Headed out this morning to go to a Delmarva artifacts display in Cambridge, at the Dorchester Heritage Museum. Some guy spent a lifetime collecting Indian arrowheads and other tools. 6,000 or so of them. Between Salisbury and Cambridge is Vienna, on the Nanticoke River. There are a couple places I would really like to kayak in that area, so I detoured off onto Rte. 331 in hopes of finding a boat launch somewhere on that side of the river. Kathy and I try to stay away from large open areas of water. We prefer the small creeks and rivers. To follow the river I turned off 331 and onto Indiantown Road. Soon I crossed over the creek I was looking for. It is called Chicone and there was nowhere to park or launch by this little bridge. I continued on and came across this sign…
As good as place as any to turn around. Looked over and saw this building…
There was a car parked there so I thought I would check it out. Met a man named John Lewis, from Baltimore. (He works at Baltimore Magazine – small world!) He is on the Board of Trustees to preserve and restore this building. He filled me in on a lot of information and instead of me getting it all wrong trying to remember what he said, check out the history here: http://www.restorehandsell.org We had a very interesting talk. Here are some more photos of the structure.
As I said, I was actually looking for a place to launch a couple of kayaks and mentioned that to John. He pointed to the woods and told me to head that way. So I did. Had to cross thru an RC Airplane field. They like to buzz the plane right overhead and cut the engine off so you have to look up to see if you are about to get whacked! (Whacked! Man, I thought I left that lingo back in Baltimore!)
Thought these were beehives, but not so sure.
And then the water. Small area and will probably be easier to get to in the fall.
Headed back and had this view. Beautiful day.
There is an Indian Lodge on the property.
These two photographs are from the National Historic Register. What it looked like before restoration work started.
After quite a while there I headed to the artifacts show. It was ok. I wished the objects would have been labelled, but still some nice pieces.
Left Cambridge and headed to Trappe, to the Unicorn Bookstore. Great old book store. Below is the bridge over the Choptank River. The smaller bridge in front was a drawbridge, now a fishing pier. How many people remember getting held up for what seemed like hours when heading to Ocean City and the drawbridge was up!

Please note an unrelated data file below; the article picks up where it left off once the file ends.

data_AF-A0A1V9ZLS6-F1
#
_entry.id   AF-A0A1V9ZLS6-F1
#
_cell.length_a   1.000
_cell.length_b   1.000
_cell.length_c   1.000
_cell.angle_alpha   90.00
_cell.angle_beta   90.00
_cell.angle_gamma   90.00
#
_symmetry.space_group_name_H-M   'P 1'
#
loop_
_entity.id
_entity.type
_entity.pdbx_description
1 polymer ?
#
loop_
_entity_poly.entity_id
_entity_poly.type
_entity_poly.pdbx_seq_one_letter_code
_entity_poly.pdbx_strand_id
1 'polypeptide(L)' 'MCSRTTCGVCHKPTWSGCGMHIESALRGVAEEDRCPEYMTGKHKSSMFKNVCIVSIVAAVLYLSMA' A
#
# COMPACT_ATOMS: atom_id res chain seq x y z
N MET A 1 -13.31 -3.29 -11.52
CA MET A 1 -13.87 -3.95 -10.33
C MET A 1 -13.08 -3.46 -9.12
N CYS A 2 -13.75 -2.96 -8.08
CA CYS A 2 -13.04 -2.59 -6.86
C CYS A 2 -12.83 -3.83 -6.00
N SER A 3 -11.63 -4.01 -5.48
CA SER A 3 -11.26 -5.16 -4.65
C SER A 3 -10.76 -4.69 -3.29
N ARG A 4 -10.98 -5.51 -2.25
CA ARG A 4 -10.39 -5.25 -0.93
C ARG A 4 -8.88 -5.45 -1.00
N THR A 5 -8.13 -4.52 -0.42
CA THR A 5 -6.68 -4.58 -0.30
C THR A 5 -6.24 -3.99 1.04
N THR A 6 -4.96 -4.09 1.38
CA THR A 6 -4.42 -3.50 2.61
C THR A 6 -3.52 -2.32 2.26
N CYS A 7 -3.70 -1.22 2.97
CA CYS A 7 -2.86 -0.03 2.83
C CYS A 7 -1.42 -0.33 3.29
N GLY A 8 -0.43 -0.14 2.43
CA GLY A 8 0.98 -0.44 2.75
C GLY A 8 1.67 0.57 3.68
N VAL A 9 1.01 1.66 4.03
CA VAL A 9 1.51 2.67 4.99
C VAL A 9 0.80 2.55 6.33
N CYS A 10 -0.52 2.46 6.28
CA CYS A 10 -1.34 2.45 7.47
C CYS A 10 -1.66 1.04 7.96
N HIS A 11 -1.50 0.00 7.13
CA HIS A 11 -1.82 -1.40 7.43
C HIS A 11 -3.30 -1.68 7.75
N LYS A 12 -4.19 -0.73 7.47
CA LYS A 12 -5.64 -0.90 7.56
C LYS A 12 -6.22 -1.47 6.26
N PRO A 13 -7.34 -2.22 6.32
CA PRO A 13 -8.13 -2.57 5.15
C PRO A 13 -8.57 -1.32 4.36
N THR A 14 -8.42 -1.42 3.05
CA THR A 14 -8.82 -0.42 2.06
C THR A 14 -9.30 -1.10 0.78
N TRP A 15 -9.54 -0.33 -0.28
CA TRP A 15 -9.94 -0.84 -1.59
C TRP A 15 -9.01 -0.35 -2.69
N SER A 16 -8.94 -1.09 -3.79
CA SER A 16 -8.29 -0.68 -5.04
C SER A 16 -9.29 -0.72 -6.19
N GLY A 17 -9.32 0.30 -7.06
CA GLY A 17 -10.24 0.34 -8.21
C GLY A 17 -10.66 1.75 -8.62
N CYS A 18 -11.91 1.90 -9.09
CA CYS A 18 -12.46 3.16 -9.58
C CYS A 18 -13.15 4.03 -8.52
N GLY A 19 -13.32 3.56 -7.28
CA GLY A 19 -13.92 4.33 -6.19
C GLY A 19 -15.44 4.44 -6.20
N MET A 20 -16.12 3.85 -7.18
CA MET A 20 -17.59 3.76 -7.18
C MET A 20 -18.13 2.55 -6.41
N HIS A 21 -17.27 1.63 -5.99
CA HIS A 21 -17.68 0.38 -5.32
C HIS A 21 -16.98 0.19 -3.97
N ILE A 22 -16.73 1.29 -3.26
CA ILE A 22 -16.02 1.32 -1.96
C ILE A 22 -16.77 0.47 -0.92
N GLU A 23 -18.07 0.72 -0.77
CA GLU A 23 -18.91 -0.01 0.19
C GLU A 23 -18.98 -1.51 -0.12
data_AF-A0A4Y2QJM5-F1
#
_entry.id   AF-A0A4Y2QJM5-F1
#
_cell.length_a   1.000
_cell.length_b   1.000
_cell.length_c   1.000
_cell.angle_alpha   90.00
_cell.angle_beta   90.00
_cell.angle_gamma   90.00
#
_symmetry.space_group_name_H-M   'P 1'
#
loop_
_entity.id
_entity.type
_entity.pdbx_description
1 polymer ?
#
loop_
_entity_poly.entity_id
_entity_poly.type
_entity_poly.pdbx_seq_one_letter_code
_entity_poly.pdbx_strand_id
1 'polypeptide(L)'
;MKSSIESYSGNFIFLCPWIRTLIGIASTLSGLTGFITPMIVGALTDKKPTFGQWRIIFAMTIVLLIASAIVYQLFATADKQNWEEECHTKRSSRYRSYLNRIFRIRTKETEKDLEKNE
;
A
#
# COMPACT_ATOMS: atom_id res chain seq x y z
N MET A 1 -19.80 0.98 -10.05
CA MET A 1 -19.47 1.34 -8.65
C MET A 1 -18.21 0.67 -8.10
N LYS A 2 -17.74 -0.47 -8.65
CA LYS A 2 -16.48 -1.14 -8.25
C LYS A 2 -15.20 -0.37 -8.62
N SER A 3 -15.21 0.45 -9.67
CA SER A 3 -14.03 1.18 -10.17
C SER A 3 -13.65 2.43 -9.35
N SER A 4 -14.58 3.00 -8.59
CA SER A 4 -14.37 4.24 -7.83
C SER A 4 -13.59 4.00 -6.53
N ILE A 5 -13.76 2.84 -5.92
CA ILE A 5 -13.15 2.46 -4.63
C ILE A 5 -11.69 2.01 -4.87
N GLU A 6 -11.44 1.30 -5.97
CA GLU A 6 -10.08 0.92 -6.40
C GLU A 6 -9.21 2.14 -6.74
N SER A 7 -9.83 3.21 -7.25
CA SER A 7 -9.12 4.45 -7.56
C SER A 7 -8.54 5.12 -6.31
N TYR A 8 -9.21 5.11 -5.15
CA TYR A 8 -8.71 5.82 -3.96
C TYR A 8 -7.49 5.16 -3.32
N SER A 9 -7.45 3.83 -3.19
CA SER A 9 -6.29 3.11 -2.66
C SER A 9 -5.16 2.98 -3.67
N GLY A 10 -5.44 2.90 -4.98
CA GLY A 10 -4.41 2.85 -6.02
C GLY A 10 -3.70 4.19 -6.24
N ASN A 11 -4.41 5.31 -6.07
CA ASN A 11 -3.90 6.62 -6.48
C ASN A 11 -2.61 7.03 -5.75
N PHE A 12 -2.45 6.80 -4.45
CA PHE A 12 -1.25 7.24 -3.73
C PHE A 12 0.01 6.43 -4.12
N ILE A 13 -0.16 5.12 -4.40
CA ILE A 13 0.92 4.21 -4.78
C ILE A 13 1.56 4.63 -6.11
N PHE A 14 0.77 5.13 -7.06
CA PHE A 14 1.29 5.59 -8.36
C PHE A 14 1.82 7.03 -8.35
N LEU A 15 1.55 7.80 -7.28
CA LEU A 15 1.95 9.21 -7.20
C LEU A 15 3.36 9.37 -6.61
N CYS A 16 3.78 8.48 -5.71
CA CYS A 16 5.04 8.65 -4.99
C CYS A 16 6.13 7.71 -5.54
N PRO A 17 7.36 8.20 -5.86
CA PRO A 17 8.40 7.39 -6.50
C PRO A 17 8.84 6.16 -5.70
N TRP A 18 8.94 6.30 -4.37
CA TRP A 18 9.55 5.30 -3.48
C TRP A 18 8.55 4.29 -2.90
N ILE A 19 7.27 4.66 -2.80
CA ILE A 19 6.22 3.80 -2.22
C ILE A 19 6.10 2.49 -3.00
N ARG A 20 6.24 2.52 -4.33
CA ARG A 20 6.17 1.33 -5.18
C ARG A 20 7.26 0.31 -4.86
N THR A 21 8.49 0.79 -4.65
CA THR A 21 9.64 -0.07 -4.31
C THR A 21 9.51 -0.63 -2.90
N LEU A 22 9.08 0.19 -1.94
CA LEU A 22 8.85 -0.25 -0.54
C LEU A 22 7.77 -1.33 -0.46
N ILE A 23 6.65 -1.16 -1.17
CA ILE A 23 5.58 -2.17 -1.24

Just a cute doggie photo of Molly cause people like to look at doggie photos more than history photos!!
Thanks for looking! Sorry Kathy didn’t make this trip with me…
Kathy and I had previously gone kayaking on the Pocomoke at Snow Hill’s southwest side, below Rte 12. This day we headed to the northeast side, at the Pocomoke River Canoe Company. I called beforehand to see if they had a public launch and they do. It is more of a floating dock, of which I have never jumped in my kayak from before. I did ok – I didn’t fall in. (Usually I walk in from a ramp). The employees there are very nice and helpful.
Here is our path. It was about 3-1/4 miles round trip.
After a couple hours of kayaking and the rain forcing an early exit (Stupid weathermen were calling for rain after 4pm. We were there at about 10am), we decided to grab something to eat at a place called Down Under on Rte 12. Great cranberry/walnut chicken salad for me. Kathy got a cheese steak sub which she enjoyed. Instead of sitting in the parking lot, we headed back into Snow Hill, Byrd Park, to eat. Finally saw the Goat of Goat Island!
The canoe guys gave us a brochure listing other launches. On the way home we stopped at one, to check it out. This one is on Red House Road and is very small.
Thanks God for another day filled with adventures!!
Return trip to Assateague State Park for some more kayaking. Paddled a little over 2-1/2 miles and were out there for a few hours. Nice day with a slight breeze, enough to keep the bugs off. We put in at the Old Ferry Landing. A few people there. By the time we returned, there were a lot more people. We pretty much went to a couple isolated waterways, opting not to head out on open water to the islands. Mostly hugged the shoreline.
Headed south-east which was a dead end.
Turned and headed north east, passing by the landing, towards the nature trail. Came across this.
Got close to check it out, then climb up on it.
It dead ends. Must have washed up here during a storm.
Taking a picture of Kathy taking my picture.
It was harder getting up and down that thing than it looks. Once I was able to crawl back into my kayak, we headed into a cove.
Then backed out to head to another.
Wind picked up so Kathy made a sail.
Could not find this in my bird book. May be immature and not be fully colored.
Back into another little waterway and as far as we could go.
Although we could only go so far, it was really nice and peaceful back here.
Parked the kayaks to chill in the water some.
Kathy’s pic of me trying to take a photo of a bi-plane flying overhead. Red Baron.
Kathy’s pic. My hands shake to much to get a good shot that far away.
Not only does Kathy do a good Ralph Macchio, she also picks up other people’s trash along the beach.
After some walking around looking at crabs and various shellfish, back into the kayaks for another cove.
Another dead end.
A shortcut on the return.
Lots of people. I think the ranger was giving crabbing lessons.
Nice day on the water and we then run into a traffic jam leaving the park.